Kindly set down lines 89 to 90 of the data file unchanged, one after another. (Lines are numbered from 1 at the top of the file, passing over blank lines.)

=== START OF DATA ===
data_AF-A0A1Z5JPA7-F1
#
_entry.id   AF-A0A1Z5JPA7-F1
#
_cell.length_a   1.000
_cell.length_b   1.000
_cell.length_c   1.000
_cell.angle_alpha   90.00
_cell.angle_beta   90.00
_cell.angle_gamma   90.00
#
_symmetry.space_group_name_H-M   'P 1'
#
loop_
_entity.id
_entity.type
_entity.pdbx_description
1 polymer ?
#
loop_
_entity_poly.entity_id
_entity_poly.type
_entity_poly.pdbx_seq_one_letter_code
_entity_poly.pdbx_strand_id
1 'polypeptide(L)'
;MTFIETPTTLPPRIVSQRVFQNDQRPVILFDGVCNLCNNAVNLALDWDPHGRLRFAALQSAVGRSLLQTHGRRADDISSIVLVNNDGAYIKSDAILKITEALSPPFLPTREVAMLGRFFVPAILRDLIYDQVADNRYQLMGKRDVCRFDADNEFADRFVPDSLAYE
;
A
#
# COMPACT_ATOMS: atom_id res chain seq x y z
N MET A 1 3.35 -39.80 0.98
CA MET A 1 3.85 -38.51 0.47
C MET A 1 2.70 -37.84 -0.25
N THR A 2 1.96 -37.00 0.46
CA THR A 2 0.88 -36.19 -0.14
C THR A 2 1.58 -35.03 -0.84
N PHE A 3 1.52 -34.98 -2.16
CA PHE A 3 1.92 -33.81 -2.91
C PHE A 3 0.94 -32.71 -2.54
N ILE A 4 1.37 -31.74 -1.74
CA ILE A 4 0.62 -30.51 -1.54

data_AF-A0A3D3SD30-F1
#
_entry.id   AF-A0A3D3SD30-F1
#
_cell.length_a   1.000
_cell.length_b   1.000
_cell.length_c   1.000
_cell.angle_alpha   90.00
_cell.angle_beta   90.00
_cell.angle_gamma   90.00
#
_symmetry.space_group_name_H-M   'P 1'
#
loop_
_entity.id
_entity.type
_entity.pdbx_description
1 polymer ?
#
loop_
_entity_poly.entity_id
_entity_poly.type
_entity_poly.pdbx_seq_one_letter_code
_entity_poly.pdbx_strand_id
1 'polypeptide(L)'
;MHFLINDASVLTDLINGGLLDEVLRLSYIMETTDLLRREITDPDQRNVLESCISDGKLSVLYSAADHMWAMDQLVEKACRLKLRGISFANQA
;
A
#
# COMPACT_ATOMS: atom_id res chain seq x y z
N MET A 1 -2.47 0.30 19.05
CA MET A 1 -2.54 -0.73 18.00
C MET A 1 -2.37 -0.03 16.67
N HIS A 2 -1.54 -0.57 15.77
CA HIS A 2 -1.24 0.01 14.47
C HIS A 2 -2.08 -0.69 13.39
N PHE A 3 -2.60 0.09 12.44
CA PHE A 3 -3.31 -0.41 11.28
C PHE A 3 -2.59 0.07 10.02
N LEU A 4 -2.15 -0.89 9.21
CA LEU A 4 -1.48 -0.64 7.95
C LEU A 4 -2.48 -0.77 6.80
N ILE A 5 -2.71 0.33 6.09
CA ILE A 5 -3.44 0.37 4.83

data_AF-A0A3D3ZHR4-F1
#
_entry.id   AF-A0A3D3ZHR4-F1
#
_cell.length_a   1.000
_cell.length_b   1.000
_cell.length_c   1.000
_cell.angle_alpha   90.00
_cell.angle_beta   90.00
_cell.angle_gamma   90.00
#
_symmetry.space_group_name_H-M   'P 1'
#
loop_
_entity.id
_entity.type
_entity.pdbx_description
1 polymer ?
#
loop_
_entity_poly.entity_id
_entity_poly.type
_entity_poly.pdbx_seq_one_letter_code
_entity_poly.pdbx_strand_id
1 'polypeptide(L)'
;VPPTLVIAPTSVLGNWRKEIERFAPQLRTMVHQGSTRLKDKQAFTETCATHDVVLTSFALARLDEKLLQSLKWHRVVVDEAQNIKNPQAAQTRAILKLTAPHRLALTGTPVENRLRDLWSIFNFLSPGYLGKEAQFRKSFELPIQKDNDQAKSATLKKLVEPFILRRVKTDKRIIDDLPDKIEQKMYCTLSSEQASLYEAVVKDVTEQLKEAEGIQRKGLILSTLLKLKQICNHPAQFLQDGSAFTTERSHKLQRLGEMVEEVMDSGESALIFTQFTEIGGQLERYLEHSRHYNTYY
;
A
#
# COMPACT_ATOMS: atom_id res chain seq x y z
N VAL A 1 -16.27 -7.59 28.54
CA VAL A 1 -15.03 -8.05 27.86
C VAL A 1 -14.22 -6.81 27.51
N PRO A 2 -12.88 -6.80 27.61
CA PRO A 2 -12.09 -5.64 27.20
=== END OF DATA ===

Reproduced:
#
_cell.length_a   1.000